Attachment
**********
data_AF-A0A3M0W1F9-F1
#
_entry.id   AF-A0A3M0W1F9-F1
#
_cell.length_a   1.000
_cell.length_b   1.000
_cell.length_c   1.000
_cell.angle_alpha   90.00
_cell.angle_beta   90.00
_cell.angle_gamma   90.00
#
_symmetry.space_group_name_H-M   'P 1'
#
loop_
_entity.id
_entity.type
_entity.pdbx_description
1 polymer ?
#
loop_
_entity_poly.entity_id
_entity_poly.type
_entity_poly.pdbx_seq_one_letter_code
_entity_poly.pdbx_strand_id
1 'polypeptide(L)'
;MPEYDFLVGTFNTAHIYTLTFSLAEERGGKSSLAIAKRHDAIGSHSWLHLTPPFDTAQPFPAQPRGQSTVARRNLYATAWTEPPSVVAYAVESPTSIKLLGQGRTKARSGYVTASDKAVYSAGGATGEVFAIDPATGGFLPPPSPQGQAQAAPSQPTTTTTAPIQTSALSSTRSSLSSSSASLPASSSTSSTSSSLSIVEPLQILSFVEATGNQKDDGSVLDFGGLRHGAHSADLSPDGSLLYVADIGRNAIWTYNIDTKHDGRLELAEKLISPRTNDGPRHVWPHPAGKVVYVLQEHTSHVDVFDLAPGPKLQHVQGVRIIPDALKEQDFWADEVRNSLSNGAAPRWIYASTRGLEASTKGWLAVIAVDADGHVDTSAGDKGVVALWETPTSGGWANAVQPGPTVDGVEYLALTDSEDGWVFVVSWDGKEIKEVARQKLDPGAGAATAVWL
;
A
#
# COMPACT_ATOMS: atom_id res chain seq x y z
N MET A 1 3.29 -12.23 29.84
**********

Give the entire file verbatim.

data_AF-A0A3M0W1F9-F1
#
_entry.id   AF-A0A3M0W1F9-F1
#
_cell.length_a   1.000
_cell.length_b   1.000
_cell.length_c   1.000
_cell.angle_alpha   90.00
_cell.angle_beta   90.00
_cell.angle_gamma   90.00
#
_symmetry.space_group_name_H-M   'P 1'
#
loop_
_entity.id
_entity.type
_entity.pdbx_description
1 polymer ?
#
loop_
_entity_poly.entity_id
_entity_poly.type
_entity_poly.pdbx_seq_one_letter_code
_entity_poly.pdbx_strand_id
1 'polypeptide(L)'
;MPEYDFLVGTFNTAHIYTLTFSLAEERGGKSSLAIAKRHDAIGSHSWLHLTPPFDTAQPFPAQPRGQSTVARRNLYATAWTEPPSVVAYAVESPTSIKLLGQGRTKARSGYVTASDKAVYSAGGATGEVFAIDPATGGFLPPPSPQGQAQAAPSQPTTTTTAPIQTSALSSTRSSLSSSSASLPASSSTSSTSSSLSIVEPLQILSFVEATGNQKDDGSVLDFGGLRHGAHSADLSPDGSLLYVADIGRNAIWTYNIDTKHDGRLELAEKLISPRTNDGPRHVWPHPAGKVVYVLQEHTSHVDVFDLAPGPKLQHVQGVRIIPDALKEQDFWADEVRNSLSNGAAPRWIYASTRGLEASTKGWLAVIAVDADGHVDTSAGDKGVVALWETPTSGGWANAVQPGPTVDGVEYLALTDSEDGWVFVVSWDGKEIKEVARQKLDPGAGAATAVWL
;
A
#
# COMPACT_ATOMS: atom_id res chain seq x y z
N MET A 1 3.29 -12.23 29.84